A dynamic role for the Ah receptor in cell signaling? Insights from a diverse group of Ah receptor interacting proteins

Authors

  • David B. Carlson,

    1. Center for Molecular Toxicology and Carcinogenesis, Department of Veterinary Science, Pennsylvania State University, University Park, PA 16802, USA
    Current affiliation:
    1. US Food and Drug Administration, CFSAN/OFAS (HFS-265), 5100 Paint Branch Parkway, College Park, MD 20740, USA
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  • Gary H. Perdew

    Corresponding author
    1. Center for Molecular Toxicology and Carcinogenesis, Department of Veterinary Science, Pennsylvania State University, University Park, PA 16802, USA
    • Center for Molecular Toxicology and Carcinogenesis, Department of Veterinary Science, Pennsylvania State University, University Park, PA 16802, USA
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Abstract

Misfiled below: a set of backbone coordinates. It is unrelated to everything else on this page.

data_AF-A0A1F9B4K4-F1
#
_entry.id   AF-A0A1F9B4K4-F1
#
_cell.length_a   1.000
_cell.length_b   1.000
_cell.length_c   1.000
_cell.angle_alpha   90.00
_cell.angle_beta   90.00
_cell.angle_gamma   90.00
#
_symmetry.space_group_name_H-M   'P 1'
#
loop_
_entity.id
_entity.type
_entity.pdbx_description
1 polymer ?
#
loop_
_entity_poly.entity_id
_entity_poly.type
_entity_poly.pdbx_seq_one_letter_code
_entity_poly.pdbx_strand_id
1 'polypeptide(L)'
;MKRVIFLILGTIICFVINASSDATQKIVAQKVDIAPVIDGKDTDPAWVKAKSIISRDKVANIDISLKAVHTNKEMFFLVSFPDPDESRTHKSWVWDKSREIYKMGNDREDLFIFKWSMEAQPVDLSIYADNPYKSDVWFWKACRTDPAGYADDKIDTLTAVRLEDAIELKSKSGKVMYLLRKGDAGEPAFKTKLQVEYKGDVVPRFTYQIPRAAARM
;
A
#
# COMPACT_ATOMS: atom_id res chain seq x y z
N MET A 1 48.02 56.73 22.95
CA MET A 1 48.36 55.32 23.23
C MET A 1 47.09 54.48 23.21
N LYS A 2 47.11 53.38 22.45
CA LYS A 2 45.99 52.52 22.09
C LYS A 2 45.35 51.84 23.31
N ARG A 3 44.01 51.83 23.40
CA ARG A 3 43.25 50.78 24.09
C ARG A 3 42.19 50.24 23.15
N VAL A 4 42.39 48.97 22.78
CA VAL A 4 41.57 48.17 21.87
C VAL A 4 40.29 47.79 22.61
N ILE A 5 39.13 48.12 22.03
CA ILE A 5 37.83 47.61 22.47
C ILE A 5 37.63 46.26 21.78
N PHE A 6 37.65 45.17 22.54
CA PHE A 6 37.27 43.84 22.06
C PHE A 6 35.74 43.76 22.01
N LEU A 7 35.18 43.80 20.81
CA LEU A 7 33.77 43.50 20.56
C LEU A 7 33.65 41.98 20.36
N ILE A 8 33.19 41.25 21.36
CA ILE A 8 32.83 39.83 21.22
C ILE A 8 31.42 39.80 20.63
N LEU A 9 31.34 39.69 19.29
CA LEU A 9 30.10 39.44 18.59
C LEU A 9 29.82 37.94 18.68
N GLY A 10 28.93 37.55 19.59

The aryl hydrocarbon (Ah) receptor (AhR) is a member of the basic helix-loop-helix PER-ARNT-SIM (PAS) transcription factor family. Consistent with the notion that PAS proteins are biological sensors, AhR binding to Ah toxicants induces or represses transcription of a wide range of genes and results in a cascade of toxic responses. However, an endogenous role for AhR in development and homeostasis is supported by (1) the discovery of low affinity, endogenous ligands; (2) studies demonstrating a role for the receptor in development of liver and vascular systems, that were established using mice lacking AhR expression; and (3) the presence of functional dioxin-responsive elements in promoter regions of genes involved in cellular growth and differentiation. A large body of recent literature has implicated AhR in multiple signal transduction pathways. AhR is known to interact with signaling pathways that are mediated by estrogen receptor and other hormone receptors, hypoxia, nuclear factor κB, and retinoblastoma protein. In addition, AhR complexes may affect cellular signaling through interactions with various other regulatory and signaling proteins, including PAS heterodimerization partners (ARNT), chaperone and immunophilin-like proteins (e.g. HSP90, XAP2/ARA9/AIP, p23), protein kinases and phosphatases (e.g. tyrosine kinases, casein kinase 2, protein kinase C), and coactivators (e.g. SRC-1, RIP 140, CBP/p300). Here we summarize the types of molecular cross talk that have been identified between AhR and cell signaling pathways. © 2002 Wiley Periodicals, Inc. J Biochem Mol Toxicol 16:317–325, 2002; Published online in Wiley InterScience (www.interscience.wiley.com). DOI 10.1002/jbt.10051

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